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Pandemic pushing growth of e-commerce in Sub-Saharan Africa: VISA

NAIROBI, Kenya, Aug 22- The lockdown occasioned by the coronavirus pandemic saw new e-commerce users rise by 5 percent in Sub-Saharan Africa in 2020, when compared to the active base the previous year.  

This is according to a report by VISA which attributes this to a preference for e-commerce, to fill the void left by the closure of face-to-face retail, which was implemented across many parts of the world, including the region, to fight the viral disease.

“The COVID-19 pandemic has driven customers to e-commerce and digital payment usage. The economic shocks that followed COVID-19 have reduced spending power across the world, including SSA, but the closure of physical stores has provided a growth opportunity for digital payments and e-commerce itself,” the report notes.

The ‘e-commerce developments across Sub-Saharan Africa’ report also notes that the economic shocks that followed COVID-19 have reduced spending power across the world, including in the region, but the closure of physical stores has provided a growth opportunity for digital payments and e-commerce itself.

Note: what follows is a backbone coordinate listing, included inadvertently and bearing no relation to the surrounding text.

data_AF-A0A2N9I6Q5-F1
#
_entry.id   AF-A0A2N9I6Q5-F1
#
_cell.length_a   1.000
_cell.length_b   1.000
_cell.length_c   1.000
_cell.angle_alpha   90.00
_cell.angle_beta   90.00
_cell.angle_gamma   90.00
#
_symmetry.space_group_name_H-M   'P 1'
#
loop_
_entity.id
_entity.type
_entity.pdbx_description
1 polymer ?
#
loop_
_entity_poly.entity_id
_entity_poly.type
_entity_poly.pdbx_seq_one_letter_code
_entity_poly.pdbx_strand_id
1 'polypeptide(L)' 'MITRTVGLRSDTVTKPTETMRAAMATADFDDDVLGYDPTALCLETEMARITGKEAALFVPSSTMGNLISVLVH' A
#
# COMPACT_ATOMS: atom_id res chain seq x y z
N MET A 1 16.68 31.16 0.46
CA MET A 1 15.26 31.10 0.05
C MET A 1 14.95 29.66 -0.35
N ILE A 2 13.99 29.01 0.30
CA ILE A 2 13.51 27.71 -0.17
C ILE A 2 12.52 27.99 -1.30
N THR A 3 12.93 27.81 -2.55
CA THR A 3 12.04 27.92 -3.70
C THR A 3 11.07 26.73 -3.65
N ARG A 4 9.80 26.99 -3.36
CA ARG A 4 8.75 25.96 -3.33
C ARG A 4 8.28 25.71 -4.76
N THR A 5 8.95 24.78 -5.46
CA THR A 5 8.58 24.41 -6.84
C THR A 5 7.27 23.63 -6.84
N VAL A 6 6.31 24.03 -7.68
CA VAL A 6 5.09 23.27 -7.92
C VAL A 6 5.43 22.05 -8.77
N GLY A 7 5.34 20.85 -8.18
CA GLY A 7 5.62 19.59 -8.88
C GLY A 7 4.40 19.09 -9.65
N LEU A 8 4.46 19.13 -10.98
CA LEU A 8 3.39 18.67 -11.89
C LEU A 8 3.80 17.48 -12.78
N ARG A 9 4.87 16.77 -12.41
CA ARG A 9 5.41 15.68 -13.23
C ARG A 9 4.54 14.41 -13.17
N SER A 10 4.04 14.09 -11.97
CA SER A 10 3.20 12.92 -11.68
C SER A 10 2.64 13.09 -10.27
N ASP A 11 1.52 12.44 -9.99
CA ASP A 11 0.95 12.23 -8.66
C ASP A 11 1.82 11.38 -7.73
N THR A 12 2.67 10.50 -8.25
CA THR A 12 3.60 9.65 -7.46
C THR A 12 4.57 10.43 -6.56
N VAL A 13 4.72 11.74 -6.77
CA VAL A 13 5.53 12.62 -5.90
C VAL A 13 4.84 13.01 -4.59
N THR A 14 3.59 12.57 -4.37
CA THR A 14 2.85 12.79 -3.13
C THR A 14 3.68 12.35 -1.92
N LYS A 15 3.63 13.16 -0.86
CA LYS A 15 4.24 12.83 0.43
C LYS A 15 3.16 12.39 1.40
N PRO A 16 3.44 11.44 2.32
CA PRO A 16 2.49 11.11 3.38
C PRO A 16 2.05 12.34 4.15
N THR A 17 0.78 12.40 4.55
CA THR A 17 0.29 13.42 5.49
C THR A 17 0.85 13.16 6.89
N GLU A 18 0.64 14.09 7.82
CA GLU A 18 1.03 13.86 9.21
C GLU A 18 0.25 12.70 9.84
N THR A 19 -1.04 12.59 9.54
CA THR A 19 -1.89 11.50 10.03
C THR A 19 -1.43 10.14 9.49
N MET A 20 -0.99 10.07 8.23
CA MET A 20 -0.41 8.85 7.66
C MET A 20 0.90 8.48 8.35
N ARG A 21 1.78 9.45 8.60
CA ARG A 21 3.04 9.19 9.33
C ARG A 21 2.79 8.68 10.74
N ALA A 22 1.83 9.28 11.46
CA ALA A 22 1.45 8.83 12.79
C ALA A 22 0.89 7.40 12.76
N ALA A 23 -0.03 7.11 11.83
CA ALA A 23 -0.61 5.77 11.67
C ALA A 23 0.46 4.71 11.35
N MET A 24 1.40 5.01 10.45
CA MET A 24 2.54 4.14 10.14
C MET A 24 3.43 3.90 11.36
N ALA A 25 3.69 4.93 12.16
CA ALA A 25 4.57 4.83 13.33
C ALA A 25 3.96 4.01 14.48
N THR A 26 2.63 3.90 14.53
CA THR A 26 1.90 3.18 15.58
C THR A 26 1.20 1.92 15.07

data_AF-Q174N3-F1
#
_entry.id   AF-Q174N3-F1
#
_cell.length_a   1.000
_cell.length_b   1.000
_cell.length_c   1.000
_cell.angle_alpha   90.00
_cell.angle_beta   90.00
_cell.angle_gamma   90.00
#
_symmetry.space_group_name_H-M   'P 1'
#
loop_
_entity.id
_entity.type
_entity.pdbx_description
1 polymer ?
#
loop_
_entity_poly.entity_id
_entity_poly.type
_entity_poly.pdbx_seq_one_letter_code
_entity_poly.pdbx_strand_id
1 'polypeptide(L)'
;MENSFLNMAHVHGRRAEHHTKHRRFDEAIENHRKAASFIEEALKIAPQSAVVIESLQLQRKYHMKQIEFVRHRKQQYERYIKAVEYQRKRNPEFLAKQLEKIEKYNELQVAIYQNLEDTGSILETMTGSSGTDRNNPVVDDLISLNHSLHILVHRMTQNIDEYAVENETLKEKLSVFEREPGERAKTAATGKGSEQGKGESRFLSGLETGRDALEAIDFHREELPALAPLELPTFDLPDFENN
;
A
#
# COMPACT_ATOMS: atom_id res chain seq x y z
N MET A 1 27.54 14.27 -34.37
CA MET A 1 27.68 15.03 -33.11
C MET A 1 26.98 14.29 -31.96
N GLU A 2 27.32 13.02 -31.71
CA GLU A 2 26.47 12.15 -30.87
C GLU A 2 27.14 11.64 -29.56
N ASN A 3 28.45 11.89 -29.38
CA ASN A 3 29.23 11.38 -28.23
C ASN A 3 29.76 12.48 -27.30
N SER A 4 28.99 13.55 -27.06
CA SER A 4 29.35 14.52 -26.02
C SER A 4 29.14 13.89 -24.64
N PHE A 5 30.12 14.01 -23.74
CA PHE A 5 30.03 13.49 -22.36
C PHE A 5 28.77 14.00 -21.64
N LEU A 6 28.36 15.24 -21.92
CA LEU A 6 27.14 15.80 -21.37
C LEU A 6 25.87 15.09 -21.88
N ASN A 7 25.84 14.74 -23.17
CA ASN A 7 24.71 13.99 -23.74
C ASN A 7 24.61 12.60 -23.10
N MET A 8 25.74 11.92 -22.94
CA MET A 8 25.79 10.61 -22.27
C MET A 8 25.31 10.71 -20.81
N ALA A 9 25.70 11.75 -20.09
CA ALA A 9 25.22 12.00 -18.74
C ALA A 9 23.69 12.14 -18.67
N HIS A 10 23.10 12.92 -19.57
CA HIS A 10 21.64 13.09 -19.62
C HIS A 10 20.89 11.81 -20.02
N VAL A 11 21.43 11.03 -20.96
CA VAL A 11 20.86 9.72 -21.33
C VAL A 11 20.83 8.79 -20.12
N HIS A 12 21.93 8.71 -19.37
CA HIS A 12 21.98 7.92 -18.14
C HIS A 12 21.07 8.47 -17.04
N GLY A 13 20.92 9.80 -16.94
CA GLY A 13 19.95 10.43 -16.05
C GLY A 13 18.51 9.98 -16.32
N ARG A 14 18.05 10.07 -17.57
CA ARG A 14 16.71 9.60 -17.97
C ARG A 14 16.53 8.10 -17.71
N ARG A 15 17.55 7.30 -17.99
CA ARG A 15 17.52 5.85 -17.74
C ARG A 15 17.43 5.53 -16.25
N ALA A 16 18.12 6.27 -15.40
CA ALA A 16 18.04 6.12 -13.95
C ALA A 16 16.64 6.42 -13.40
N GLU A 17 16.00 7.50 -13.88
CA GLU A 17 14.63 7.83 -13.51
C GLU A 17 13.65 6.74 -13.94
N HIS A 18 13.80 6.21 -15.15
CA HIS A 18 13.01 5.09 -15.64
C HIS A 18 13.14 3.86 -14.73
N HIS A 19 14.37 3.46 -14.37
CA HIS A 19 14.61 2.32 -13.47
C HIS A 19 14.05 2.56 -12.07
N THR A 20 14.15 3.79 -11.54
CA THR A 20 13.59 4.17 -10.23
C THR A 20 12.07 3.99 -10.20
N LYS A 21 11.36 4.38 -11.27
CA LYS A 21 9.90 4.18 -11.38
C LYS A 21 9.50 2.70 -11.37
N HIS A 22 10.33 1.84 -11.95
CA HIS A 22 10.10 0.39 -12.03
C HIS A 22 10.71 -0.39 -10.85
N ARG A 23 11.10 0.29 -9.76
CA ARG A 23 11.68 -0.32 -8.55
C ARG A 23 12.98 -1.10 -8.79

As such, VISA projects that e-commerce sales will grow to US$7 trillion across the globe by 2024, with the Asia Pacific, specifically, China, India, and Southeast Asia, being the key driving force behind the market at 56 percent of global volume.

Countries in the Middle East and North Africa region have the largest growth potential over the next 5 years.

The Sub-Saharan Africa region however lags the Middle East and North Africa region, but still shows strong potential, having seen a 42 percent year-on-year growth across the region from 2019-2020.

Growth of the industry is being different by many factors, including cross-border transactions which make up over half of all e-commerce transaction volumes in Sub-Saharan Africa.

According to the report, this mirrors the global trend of online business to consumer (B2C) online shopper cross-border transactions.

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However, a portion of these cross-border volumes in Sub-Saharan Africa come from consumers accessing the rising domestic African eCommerce stars across local borders, such as Jumia (Nigeria), Kilimall (Kenya) and Takealot (South Africa).

As domestic e-commerce provision in Sub-Saharan Africa is only just beginning it presents an exciting opportunity for the region to develop its own big hitters in the e-commerce market and increase the continents’connection to the rest of the world.

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